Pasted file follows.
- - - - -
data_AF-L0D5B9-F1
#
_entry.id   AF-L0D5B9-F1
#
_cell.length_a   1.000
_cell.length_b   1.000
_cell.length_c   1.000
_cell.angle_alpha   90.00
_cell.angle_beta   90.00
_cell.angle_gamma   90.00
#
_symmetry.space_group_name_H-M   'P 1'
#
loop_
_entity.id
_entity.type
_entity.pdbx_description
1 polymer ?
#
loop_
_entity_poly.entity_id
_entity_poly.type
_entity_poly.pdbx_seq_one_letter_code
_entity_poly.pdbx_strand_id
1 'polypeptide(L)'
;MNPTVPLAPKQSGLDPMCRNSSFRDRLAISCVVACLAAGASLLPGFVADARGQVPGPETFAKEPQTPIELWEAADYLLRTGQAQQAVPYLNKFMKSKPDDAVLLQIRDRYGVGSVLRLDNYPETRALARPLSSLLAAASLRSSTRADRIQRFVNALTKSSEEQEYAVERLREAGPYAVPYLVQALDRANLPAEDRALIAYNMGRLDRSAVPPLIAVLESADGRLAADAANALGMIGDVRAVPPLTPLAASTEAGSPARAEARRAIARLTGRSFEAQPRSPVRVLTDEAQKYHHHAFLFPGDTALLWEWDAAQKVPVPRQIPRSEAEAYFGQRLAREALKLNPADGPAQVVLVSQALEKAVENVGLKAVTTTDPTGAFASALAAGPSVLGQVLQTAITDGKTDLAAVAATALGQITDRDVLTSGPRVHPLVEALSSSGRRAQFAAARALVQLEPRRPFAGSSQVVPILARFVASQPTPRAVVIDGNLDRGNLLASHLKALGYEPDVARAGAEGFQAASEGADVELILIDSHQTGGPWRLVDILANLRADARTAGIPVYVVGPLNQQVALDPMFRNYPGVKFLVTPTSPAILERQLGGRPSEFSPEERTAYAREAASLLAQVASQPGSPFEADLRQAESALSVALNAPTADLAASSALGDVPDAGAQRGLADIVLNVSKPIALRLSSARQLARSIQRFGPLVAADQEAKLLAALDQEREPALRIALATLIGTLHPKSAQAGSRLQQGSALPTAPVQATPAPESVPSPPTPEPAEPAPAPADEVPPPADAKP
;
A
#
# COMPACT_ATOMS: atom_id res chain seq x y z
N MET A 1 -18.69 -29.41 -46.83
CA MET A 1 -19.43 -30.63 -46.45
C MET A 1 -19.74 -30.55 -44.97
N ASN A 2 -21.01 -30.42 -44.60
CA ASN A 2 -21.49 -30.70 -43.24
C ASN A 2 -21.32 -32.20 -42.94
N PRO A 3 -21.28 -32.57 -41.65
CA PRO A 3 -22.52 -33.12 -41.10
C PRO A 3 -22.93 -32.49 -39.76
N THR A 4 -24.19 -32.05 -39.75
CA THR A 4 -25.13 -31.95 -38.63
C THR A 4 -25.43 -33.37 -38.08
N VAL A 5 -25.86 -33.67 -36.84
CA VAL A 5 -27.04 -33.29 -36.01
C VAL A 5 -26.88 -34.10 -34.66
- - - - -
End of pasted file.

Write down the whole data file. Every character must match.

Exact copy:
data_AF-L0D5B9-F1
#
_entry.id   AF-L0D5B9-F1
#
_cell.length_a   1.000
_cell.length_b   1.000
_cell.length_c   1.000
_cell.angle_alpha   90.00
_cell.angle_beta   90.00
_cell.angle_gamma   90.00
#
_symmetry.space_group_name_H-M   'P 1'
#
loop_
_entity.id
_entity.type
_entity.pdbx_description
1 polymer ?
#
loop_
_entity_poly.entity_id
_entity_poly.type
_entity_poly.pdbx_seq_one_letter_code
_entity_poly.pdbx_strand_id
1 'polypeptide(L)'
;MNPTVPLAPKQSGLDPMCRNSSFRDRLAISCVVACLAAGASLLPGFVADARGQVPGPETFAKEPQTPIELWEAADYLLRTGQAQQAVPYLNKFMKSKPDDAVLLQIRDRYGVGSVLRLDNYPETRALARPLSSLLAAASLRSSTRADRIQRFVNALTKSSEEQEYAVERLREAGPYAVPYLVQALDRANLPAEDRALIAYNMGRLDRSAVPPLIAVLESADGRLAADAANALGMIGDVRAVPPLTPLAASTEAGSPARAEARRAIARLTGRSFEAQPRSPVRVLTDEAQKYHHHAFLFPGDTALLWEWDAAQKVPVPRQIPRSEAEAYFGQRLAREALKLNPADGPAQVVLVSQALEKAVENVGLKAVTTTDPTGAFASALAAGPSVLGQVLQTAITDGKTDLAAVAATALGQITDRDVLTSGPRVHPLVEALSSSGRRAQFAAARALVQLEPRRPFAGSSQVVPILARFVASQPTPRAVVIDGNLDRGNLLASHLKALGYEPDVARAGAEGFQAASEGADVELILIDSHQTGGPWRLVDILANLRADARTAGIPVYVVGPLNQQVALDPMFRNYPGVKFLVTPTSPAILERQLGGRPSEFSPEERTAYAREAASLLAQVASQPGSPFEADLRQAESALSVALNAPTADLAASSALGDVPDAGAQRGLADIVLNVSKPIALRLSSARQLARSIQRFGPLVAADQEAKLLAALDQEREPALRIALATLIGTLHPKSAQAGSRLQQGSALPTAPVQATPAPESVPSPPTPEPAEPAPAPADEVPPPADAKP
;
A
#
# COMPACT_ATOMS: atom_id res chain seq x y z
N MET A 1 -18.69 -29.41 -46.83
CA MET A 1 -19.43 -30.63 -46.45
C MET A 1 -19.74 -30.55 -44.97
N ASN A 2 -21.01 -30.42 -44.60
CA ASN A 2 -21.49 -30.70 -43.24
C ASN A 2 -21.32 -32.20 -42.94
N PRO A 3 -21.28 -32.57 -41.65
CA PRO A 3 -22.52 -33.12 -41.10
C PRO A 3 -22.93 -32.49 -39.76
N THR A 4 -24.19 -32.05 -39.75
CA THR A 4 -25.13 -31.95 -38.63
C THR A 4 -25.43 -33.37 -38.08
N VAL A 5 -25.86 -33.67 -36.84
CA VAL A 5 -27.04 -33.29 -36.01
C VAL A 5 -26.88 -34.10 -34.66